Financial Times -- Ethiopian prime minister Meles Zenawi yesterday said that leaders of the main opposition party would be charged with treason, accusing them of seeking to overthrow his government.
The leadership of the Coalition for Unity and Democracy (CUD) was detained last week during clashes bet-ween security forces and protesters that killed more than 40
But in an interview with the Financial Times and the BBC, Mr Meles argued that the CUD leaders were not political prisoners.
"What we have detained is people who have tried to overthrow the duly constituted government and that in my view is treason under the laws of the country," he said.
"The agenda of the [CUD] leadership was not kept a secret from anyone; they have made many public statements saying they were going to have what they called a rose revolution here in Ethiopia. In other words, what they said is street action to change government."
Probably "thousands" of people were rounded up by the government, he said, adding that many had already been released.
The CUD, which claims the opposition was cheated of victory in May elections, has insisted it has only advocated peaceful protests, such as a boycott of government products called this week.
Mr Meles did acknowledge the protests were also fuelled by "anger" among the hundreds of thousands of unemployed youths in the capital. He also admitted the election results, which saw opposition groups increase their seats in parliament from about a dozen to more than 170, were a "huge" protest vote against his administration.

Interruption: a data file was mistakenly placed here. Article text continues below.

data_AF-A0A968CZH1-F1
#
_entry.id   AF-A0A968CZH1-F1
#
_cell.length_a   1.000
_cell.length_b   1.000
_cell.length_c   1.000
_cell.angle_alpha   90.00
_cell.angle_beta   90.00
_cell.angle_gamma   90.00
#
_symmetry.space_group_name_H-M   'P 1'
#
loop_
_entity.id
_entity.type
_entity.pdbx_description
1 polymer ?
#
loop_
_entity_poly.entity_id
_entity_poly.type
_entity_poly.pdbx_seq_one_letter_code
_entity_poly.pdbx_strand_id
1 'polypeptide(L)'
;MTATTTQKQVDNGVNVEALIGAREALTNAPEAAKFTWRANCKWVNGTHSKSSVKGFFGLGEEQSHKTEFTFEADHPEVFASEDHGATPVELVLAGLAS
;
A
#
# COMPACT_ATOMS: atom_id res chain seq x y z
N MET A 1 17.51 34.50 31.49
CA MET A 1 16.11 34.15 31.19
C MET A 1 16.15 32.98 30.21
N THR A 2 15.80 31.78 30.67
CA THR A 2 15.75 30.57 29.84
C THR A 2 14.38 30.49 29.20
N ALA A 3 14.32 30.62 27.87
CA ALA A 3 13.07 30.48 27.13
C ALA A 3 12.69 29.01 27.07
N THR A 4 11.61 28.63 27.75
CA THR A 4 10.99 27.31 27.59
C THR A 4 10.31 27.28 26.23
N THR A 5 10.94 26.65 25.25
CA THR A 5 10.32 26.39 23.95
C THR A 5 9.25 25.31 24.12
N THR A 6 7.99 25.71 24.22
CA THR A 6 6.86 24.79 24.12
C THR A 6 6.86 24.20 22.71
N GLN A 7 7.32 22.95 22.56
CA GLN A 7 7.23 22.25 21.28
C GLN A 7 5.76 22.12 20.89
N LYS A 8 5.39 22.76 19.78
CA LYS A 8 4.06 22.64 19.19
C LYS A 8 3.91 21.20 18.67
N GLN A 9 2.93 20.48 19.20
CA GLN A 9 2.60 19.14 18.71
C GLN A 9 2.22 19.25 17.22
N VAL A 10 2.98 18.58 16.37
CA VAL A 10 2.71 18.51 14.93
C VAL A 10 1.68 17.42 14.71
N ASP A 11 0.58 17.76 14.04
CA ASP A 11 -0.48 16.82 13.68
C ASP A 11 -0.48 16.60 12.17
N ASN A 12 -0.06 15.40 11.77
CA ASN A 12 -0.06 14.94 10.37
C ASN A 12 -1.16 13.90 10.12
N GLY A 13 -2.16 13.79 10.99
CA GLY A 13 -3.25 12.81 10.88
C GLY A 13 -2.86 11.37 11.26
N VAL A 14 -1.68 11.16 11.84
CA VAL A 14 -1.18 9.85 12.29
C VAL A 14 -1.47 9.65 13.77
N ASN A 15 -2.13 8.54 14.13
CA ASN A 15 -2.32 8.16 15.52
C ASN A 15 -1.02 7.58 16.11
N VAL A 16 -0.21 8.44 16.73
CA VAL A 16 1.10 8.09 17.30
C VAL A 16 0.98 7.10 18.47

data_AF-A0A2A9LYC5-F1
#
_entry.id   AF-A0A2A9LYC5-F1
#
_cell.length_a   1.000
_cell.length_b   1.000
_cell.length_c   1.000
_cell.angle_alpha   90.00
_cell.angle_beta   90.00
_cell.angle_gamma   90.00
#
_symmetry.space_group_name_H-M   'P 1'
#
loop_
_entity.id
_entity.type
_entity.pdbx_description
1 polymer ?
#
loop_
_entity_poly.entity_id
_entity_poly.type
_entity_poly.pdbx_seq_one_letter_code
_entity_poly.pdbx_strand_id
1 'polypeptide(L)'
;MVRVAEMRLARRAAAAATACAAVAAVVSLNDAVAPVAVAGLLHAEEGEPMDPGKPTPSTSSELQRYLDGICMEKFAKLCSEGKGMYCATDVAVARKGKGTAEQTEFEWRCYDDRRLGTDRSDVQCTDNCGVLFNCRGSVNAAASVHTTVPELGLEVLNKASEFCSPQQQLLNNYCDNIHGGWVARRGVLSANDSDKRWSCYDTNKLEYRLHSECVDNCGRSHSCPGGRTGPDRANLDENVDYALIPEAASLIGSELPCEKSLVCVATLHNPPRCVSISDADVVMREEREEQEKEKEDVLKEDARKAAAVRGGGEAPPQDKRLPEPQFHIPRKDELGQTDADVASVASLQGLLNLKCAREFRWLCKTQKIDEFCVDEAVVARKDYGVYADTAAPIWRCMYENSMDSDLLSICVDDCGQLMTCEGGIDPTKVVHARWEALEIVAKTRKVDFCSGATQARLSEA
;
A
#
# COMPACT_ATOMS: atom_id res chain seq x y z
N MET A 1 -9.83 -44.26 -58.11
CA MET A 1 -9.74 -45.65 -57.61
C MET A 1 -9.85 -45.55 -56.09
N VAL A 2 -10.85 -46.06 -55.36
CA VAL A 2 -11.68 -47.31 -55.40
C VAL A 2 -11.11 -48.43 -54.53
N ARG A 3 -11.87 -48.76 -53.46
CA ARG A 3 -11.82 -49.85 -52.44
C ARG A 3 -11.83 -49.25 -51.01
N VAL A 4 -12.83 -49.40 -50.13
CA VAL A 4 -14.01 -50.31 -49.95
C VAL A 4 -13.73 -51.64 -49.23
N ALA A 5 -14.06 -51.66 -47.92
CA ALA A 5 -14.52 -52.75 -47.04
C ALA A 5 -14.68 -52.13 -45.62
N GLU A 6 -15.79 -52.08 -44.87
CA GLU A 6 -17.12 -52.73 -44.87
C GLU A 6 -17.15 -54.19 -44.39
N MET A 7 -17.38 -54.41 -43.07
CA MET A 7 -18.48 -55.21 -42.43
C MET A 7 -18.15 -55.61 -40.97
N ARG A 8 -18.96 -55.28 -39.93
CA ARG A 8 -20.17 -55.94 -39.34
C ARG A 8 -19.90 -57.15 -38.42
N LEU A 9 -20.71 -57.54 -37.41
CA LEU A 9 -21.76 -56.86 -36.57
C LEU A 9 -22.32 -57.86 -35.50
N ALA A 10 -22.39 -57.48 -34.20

However, he defended the use of force by soldiers and police, saying some rioters were armed with machetes and grenades.
"I deeply regret loss of life on both sides," he said. "But given the circumstances where we have violent mobs, organised mobs of unemployed youths, destroying over 100 city buses, burning offices and so on perhaps one can understand inevitably there might have been some losses of life."
Dozens of people were also killed during similar protests in June.
"Parties have to be willing to compromise, but on the basis of the rule of law," Mr Meles said. "These people will have to learn that there is a limit beyond which expression of dissent bec-omes crime."
The violence erupted at a time of growing concern about the stalled peace process that ended Ethiopia's border war with Eritrea, and fears the conflict could be reignited.
Mr Meles said Eritrea might seek to take advantage of Ethiopia's domestic turmoil, but said his government would "not respond to any provocations from Eritrea short of total invasion of our country".
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